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Unlocking the Value in AAPL Part 8: Epilogue

This is the eigth segment in an 8-part series on Unlocking the Value in AAPL.

*Disclosure: The author owns AAPL.

Apple's model of vertically integrated hardware, software and services with a majority of revenue coming from relatively infrequent hardware sales is still very new. Apple introduced the iPod and iTunes just over a decade ago. iOS and iPhone are only 6 years old. The App Store is only 5 years old. The iPad, only 3 1/2 years old. Notable competition has only been around for two or three years.

The Apple ecosystem is extremely healthy and has a very bright future. However, having a bright future and proving this future is reliable to investors is not at all the same thing. When investors are looking for reliability in a business model they are looking for a track record with a history of at least five to ten years and a demonstrated ability to thrive in the face of competition.

I believe this means that the next few years will be extremely important for Apple's relationship with the investment community. Their challenge is to demonstrate that the iOS ecosystem continues to succeed and grow despite competition from other platforms and to expand this ecosystem into new product categories. It is to demonstrate that they are able to maintain customer loyalty over time and through product transitions. And of course they also need to demonstrate the ability to maintain reasonable margins1 and average revenue per user in the process.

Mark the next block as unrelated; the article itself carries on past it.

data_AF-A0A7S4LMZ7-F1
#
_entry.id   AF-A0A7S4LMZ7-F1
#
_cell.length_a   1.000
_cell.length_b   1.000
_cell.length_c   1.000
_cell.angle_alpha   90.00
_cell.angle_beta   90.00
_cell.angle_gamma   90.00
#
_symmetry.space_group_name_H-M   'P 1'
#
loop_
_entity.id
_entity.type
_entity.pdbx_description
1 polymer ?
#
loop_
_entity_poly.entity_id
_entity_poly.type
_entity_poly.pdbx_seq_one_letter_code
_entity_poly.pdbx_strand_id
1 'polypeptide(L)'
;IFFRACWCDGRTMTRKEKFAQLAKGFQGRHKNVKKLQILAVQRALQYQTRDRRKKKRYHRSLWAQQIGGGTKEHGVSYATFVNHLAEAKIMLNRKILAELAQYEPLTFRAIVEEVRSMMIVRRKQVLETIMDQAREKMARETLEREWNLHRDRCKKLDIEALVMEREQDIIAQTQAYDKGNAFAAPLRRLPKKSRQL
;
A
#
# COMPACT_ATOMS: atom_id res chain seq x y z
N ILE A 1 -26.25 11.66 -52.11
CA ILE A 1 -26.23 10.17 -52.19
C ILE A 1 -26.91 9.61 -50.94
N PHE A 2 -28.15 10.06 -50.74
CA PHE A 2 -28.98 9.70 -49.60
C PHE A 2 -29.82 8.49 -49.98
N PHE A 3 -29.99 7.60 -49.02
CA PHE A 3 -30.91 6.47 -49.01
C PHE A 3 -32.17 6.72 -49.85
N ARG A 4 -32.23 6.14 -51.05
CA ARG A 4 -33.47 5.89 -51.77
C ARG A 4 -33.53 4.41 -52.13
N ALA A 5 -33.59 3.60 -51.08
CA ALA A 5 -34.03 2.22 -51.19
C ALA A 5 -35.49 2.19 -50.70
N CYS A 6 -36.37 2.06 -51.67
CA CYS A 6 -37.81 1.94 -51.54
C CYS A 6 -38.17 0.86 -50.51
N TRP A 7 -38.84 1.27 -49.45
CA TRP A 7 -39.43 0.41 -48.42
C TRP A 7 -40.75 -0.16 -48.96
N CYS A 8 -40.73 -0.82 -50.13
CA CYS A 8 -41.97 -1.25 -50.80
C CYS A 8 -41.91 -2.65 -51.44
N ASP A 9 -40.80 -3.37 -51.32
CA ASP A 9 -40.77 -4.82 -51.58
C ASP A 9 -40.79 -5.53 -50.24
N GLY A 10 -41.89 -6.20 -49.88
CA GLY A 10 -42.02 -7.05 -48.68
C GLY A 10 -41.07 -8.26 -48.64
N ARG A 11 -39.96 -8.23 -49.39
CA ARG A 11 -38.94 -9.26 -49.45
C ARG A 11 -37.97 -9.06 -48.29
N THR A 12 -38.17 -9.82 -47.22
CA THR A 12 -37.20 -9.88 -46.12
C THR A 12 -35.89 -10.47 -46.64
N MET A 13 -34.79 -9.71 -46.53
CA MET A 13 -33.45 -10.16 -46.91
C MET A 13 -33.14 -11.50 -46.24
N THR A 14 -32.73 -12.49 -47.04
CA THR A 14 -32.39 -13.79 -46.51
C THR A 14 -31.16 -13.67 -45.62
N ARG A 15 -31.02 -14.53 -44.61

Perhaps most importantly, if they are successful in this they will have demonstrated the ability to do all of this without Steve Jobs.

By the time the iPhone is 10 years old I believe Apple's business model, strategy, and leadership will have a long enough and steady enough track record to convince investors that their success is not an anomaly and does not rely on Steve Jobs. Investors will begin to view Apple as the stable, mature business it has become and not the hit-drive flash in the pan many of them see today. When this happens Apple's valuation will reflect the reality of their business rather than the fear of a sudden collapse.

  1. Apple has maintained gross margins of over 30% for more than a decade. This is also the magic number for iTunes, iBooks and App Store sales. They may not be able to maintain the extraordinary gross margins that were possible during the first few years of iPhone sales but it is a safe bet that gross margins will remain above 30%. The modern Apple has and will always refuse to make hardware that isn't profitable (or even marginally profitable).